After the birth of my first son in August 2005, I began experiencing severe itching on the tops of my feet. The itching would come and go, and I thought it was due to dry skin. I “put up” with it for a little over 2 years.
After my second son was born in March 2008, the itching on the feet came back. I made sure to use extra moisturizing lotion and thought it was getting better, until May 2008.
I had recently left my job as an Associate Chiropractor and begun the process of opening my own office. Two weeks later, I awoke with a rash on the tops of my feet, my knees, my forearms and hands. The rash was very itchy, and scratching the areas gave little relief. I would scratch until there were small cuts on my skin. I made an appointment with a local dermatologist and was told I was suffering from eczema and given a steroid cream.
I used the cream 4-6 times per day; it helped slightly, to say the least. After 1 month, I returned to the same dermatologist and was given another steroid cream. Her explanation was that I “was stressed with having a newborn and opening my practice” and the rash “probably won’t go away until the stress goes away.” This theory did not settle with me. Being a chiropractor, I know the body can heal itself and that my body should adapt to my “stressful” surroundings.
The second steroid cream didn’t help at all. The rash and itch was horrible and never completely went away. After a few more months, I made an appointment with another dermatologist, who agreed with the first dermatologist: eczema. By this point, I had stopped breastfeeding my son.
For a year, the rash and itching sensations were frequent. After 1 ½ years, I saw a third dermatologist who diagnosed the rash as hives! This dermatologist recommended me to take allergy medication daily and gave me another prescription for a medicated cream.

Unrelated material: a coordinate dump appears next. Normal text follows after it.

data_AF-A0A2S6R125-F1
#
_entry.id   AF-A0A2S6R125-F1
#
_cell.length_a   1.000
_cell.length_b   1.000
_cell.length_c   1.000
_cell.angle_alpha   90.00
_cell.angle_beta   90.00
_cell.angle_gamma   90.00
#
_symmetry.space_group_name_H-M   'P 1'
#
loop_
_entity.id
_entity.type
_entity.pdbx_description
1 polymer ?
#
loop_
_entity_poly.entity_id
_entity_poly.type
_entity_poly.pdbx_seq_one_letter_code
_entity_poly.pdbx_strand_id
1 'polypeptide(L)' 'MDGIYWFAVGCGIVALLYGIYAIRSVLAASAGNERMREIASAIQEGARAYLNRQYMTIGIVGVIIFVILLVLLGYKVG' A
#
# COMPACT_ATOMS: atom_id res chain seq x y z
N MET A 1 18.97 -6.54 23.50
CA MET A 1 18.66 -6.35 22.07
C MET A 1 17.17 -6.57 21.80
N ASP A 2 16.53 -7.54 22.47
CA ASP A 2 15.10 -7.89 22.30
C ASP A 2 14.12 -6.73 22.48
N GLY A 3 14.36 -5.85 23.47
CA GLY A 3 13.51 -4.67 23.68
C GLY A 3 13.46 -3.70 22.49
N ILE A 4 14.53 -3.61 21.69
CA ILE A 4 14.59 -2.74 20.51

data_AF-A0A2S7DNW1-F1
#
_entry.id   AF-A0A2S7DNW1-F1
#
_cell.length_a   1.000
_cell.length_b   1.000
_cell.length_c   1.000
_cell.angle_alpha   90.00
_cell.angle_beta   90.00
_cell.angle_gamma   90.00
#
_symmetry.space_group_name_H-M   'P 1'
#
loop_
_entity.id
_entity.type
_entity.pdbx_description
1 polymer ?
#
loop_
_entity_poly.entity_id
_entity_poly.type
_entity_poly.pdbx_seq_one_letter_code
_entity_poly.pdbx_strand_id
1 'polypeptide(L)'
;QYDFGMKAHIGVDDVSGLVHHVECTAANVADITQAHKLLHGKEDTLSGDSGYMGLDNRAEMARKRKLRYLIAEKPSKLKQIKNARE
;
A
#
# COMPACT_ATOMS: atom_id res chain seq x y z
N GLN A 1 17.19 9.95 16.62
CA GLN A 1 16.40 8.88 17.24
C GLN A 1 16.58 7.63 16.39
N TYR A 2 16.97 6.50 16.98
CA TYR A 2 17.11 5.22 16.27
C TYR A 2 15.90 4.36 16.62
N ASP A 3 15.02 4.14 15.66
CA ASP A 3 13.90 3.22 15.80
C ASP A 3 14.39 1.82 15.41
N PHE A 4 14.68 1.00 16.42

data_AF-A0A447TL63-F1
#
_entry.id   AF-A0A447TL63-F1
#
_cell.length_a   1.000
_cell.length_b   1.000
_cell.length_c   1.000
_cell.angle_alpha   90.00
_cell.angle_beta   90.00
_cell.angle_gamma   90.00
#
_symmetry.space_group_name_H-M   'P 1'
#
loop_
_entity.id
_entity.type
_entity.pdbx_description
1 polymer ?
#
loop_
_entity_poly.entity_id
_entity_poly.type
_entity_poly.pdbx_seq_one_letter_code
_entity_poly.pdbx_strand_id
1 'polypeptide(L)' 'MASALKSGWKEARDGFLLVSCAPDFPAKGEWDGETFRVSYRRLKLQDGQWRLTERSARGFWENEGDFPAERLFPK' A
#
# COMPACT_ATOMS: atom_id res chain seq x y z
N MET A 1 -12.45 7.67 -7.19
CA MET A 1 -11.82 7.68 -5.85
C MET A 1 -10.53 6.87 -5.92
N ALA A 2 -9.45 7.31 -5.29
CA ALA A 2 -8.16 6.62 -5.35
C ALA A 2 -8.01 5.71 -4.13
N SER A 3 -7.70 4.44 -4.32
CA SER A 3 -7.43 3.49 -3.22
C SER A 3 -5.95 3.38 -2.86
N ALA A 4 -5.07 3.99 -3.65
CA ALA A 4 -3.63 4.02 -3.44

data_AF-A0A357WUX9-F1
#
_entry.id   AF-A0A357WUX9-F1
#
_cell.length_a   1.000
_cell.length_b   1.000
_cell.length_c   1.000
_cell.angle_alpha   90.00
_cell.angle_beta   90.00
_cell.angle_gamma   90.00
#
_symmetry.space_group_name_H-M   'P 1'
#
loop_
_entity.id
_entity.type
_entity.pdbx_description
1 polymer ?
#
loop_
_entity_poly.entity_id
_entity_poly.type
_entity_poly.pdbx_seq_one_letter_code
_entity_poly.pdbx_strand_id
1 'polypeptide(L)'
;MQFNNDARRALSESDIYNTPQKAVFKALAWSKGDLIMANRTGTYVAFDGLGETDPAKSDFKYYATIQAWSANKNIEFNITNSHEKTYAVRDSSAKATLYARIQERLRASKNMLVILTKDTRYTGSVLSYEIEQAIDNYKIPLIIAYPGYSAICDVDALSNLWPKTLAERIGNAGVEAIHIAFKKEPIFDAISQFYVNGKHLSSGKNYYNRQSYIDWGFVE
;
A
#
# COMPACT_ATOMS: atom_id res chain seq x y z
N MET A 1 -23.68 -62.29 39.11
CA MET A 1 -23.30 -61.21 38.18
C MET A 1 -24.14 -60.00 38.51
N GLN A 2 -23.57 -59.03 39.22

Eventually, I stopped using all lotions, creams, and medications, and figured I would just live with the rash and the itching. I began changing my wardrobe to hide the rash; I would wear long sleeve tops and pants, even in the summer.
Finally, I made an appointment with an allergist to be tested for any indoor/outdoor allergies. This doctor listened to all my complaints, looked at my legs and arms, and immediately told me that she disagreed with my previous diagnoses. She asked if I had anyone in my family who was diagnosed with celiac disease, and a light bulb went off in my head. My paternal grandmother was diagnosed with celiac in the early 1970s.
The allergist told me I did not need an allergy test; I needed a celiac panel blood test. I left her office and immediately called my primary care physician, who ordered the blood tests. They all came back positive! Next, I saw a fourth dermatologist who performed a skin biopsy, leading to my official diagnosis of dermatitis herpetiformis.
I have been gluten-free for more than 2 years. The rash and itching disappeared within days of changing my diet, and I have not had any outbreaks since! Looking back, I did have slight gastrointestinal symptoms that I always overlooked.
It was a frustrating process, but I’m glad to have discovered the cause of my symptoms. My goal now is to help educate others about celiac disease, including the medical and chiropractic professions!